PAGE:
One of the often performed and well-loved genres of community theatre is known as the "drawing room comedy." These are light, sophisticated productions typically set in a single room with characters who are members of polite society. British playwright Noel Coward was a master of this type of writing; many of his plays have been performed by theatre companies ranging from high schools to Broadway. Mitchell Area Community Theatre excels at this type of show, and those who appreciate witty dialogue and elegant manners will enjoy this performance of "Blithe Spirit."

The play is, at its heart, a ghost story. It first debuted in London in 1941 at the height of World War II, Coward's attempt to entertain during a dark time. The plot concerns the novelist Charles Condomine, who invites the eccentric medium, Madame Arcati, to his house to conduct a séance, hoping to gather material for his next book. The scheme backfires when he is haunted by the ghost of his annoying and temperamental first wife, Elvira. Elvira makes continual attempts to disrupt Charles's marriage to his second wife, Ruth, who cannot see or hear the ghost.

What makes this production so enjoyable is the veteran cast that director Al Jacklin has assembled. The dialogue is jocular and dense, but these seasoned actors handle it well, even the (mostly) consistent English accents. Charles Condomine is played by Levi Arens, a perfect selection for the stuffy socialite, married to second wife, Ruth, the always delightful Megan Reimnitz. Interloper/ghost Elvira is portrayed by Amy Giesler (who can be seen by the audience but not the cast, save Charles) in fine fashion.

It is a treat to watch Micaela Nelson, one of ACT's best character actresses, playing Madame Arcati. The cast is rounded out by Heather Adams, Eric Van Meter, and, in her on-stage debut, the enchanting Abby Adams, who depicts the household maid as flighty and scattered until a surprise twist gives us new insight into her character. I hope that Abby will become a frequent fixture on the ACT stage. She is one to watch in the future.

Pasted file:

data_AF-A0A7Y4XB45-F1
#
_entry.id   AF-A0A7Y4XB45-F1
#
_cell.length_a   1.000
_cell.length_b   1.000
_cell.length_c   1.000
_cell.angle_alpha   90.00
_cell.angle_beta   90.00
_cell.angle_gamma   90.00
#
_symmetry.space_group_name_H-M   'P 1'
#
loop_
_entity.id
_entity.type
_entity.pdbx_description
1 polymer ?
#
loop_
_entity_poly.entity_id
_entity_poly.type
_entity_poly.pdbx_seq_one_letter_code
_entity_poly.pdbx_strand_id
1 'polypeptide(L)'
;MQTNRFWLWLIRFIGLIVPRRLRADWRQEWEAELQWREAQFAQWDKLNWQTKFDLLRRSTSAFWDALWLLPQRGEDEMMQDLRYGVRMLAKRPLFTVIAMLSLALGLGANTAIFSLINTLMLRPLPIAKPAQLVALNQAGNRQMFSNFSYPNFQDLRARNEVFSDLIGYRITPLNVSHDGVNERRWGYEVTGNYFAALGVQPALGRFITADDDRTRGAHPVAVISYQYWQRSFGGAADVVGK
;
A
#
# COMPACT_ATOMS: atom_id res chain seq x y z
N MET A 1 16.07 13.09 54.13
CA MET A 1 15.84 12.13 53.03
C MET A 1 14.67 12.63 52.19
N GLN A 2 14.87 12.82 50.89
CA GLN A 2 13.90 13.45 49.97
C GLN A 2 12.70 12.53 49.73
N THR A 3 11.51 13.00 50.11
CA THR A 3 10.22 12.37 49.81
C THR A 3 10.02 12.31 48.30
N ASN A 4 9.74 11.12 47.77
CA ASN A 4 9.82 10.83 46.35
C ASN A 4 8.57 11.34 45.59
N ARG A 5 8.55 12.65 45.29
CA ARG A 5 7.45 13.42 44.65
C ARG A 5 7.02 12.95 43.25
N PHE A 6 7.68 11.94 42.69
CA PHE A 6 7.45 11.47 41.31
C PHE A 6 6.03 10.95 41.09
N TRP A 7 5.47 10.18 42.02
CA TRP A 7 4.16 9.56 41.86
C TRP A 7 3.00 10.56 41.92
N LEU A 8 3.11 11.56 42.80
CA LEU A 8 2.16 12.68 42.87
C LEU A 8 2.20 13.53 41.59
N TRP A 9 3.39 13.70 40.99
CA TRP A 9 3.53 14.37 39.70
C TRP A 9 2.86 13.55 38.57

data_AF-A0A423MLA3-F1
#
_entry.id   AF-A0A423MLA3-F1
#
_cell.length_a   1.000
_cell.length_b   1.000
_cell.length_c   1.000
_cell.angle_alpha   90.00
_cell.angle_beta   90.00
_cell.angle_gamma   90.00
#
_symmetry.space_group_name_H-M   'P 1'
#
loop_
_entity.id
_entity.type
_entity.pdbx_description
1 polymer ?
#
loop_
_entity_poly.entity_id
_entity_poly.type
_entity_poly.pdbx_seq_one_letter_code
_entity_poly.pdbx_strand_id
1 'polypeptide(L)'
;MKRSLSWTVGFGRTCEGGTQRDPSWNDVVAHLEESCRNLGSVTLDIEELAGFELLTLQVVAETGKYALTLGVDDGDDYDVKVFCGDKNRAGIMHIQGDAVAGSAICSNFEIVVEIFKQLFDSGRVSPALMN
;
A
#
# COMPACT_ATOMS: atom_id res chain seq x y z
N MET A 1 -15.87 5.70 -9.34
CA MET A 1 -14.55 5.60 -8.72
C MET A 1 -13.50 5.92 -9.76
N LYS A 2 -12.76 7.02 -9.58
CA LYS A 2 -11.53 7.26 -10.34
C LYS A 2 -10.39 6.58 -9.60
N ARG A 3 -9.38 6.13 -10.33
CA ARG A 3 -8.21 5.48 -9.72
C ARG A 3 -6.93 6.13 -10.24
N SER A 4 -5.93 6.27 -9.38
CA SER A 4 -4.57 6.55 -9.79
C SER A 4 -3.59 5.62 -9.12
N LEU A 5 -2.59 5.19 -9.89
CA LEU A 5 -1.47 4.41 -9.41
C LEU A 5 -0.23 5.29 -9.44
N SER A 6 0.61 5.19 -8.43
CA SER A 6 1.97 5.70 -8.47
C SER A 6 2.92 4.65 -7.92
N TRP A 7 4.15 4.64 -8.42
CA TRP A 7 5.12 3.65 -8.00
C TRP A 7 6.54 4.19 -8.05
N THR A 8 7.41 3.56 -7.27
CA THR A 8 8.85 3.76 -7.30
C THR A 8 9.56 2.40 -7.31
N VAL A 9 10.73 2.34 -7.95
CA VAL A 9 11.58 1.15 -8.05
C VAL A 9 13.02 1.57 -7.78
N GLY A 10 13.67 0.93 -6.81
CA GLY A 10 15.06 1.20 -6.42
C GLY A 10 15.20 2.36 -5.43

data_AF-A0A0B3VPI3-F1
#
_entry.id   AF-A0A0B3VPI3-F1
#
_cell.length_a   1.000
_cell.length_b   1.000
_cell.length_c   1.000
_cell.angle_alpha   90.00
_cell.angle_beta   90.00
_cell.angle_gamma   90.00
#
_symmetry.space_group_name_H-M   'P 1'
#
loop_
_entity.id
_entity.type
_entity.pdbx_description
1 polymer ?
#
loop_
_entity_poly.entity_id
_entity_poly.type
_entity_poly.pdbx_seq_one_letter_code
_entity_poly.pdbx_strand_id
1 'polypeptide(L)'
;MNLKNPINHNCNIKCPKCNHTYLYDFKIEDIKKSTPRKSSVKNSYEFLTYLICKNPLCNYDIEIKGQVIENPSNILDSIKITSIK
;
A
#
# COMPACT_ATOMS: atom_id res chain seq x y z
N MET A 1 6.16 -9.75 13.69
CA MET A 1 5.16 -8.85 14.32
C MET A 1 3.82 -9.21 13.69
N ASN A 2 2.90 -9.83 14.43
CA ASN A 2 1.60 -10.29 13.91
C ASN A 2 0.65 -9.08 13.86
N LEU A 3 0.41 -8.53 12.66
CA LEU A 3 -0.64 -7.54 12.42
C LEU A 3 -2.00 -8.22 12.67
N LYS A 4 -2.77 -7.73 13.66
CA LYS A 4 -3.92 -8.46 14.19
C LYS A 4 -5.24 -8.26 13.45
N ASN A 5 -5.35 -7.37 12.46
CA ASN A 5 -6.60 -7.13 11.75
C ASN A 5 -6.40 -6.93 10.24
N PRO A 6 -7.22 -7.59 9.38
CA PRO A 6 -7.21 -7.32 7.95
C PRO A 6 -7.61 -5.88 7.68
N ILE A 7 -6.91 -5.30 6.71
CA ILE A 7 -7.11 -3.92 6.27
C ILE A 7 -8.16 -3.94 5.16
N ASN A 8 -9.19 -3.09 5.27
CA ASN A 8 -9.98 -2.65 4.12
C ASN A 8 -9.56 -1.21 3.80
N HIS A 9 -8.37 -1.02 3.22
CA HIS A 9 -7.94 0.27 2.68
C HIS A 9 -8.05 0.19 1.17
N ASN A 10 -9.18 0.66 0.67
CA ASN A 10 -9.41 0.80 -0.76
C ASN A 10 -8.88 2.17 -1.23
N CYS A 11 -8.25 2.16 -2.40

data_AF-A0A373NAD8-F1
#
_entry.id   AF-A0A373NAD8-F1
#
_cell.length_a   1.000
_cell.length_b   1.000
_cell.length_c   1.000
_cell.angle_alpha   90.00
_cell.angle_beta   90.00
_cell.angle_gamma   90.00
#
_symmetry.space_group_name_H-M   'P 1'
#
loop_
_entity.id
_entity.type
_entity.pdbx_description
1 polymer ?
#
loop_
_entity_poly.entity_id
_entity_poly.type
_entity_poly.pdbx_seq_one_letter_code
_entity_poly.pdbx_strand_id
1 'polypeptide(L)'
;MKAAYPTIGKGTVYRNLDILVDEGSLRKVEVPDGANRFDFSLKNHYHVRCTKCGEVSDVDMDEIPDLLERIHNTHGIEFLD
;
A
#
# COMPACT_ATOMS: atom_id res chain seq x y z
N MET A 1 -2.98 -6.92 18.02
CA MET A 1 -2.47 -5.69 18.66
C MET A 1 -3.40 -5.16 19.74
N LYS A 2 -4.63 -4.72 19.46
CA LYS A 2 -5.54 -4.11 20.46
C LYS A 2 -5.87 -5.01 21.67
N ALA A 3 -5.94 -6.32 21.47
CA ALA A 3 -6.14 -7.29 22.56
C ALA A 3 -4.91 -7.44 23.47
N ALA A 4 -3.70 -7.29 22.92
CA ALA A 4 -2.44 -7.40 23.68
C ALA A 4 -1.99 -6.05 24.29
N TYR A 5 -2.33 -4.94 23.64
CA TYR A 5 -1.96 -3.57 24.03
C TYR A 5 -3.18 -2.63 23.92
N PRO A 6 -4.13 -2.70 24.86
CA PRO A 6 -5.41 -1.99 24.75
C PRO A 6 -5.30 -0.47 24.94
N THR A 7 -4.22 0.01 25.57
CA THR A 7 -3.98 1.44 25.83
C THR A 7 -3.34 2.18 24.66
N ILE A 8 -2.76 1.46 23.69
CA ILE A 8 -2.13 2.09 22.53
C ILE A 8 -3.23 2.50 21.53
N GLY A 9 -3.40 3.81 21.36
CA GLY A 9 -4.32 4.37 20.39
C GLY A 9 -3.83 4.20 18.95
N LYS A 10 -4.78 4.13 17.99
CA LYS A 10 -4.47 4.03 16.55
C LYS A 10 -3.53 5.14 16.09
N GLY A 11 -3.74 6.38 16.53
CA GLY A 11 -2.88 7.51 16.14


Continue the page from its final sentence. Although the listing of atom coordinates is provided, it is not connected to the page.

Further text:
Credit for the set design belongs to scenic designer Patrick M. Strain. This production design was originally created for the Portage High School in Portage, Wisconsin. Everything about the show is luxurious, including the lovely living room, the decor, and the period costumes selected to add color and movement to the action. Lighting by Devin Carey is exquisite. Of particular note is the makeup design used on the Elvira character.

"Blithe Spirit" and other shows like it are not heavy in message or life lessons. One writer in a review of a Harvard-produced drawing room comedy said it best: "It is the nature of theater and not the content of the play itself that is important. ... But always it teaches us how to observe and how to learn from observation. And the more we learn how to do that, the less we approach the world with prejudice and preconception. The more we learn to watch, the less we learn to judge."

The show by Area Community Theatre has performances Friday, March 2, and Saturday, March 3, at 7:30 p.m. and Sunday, March 4, at 2 p.m. at the Pepsi-Cola Theatre. Tickets are on sale at the theatre or more information is available at 996-9137 or www.mitchellact.org.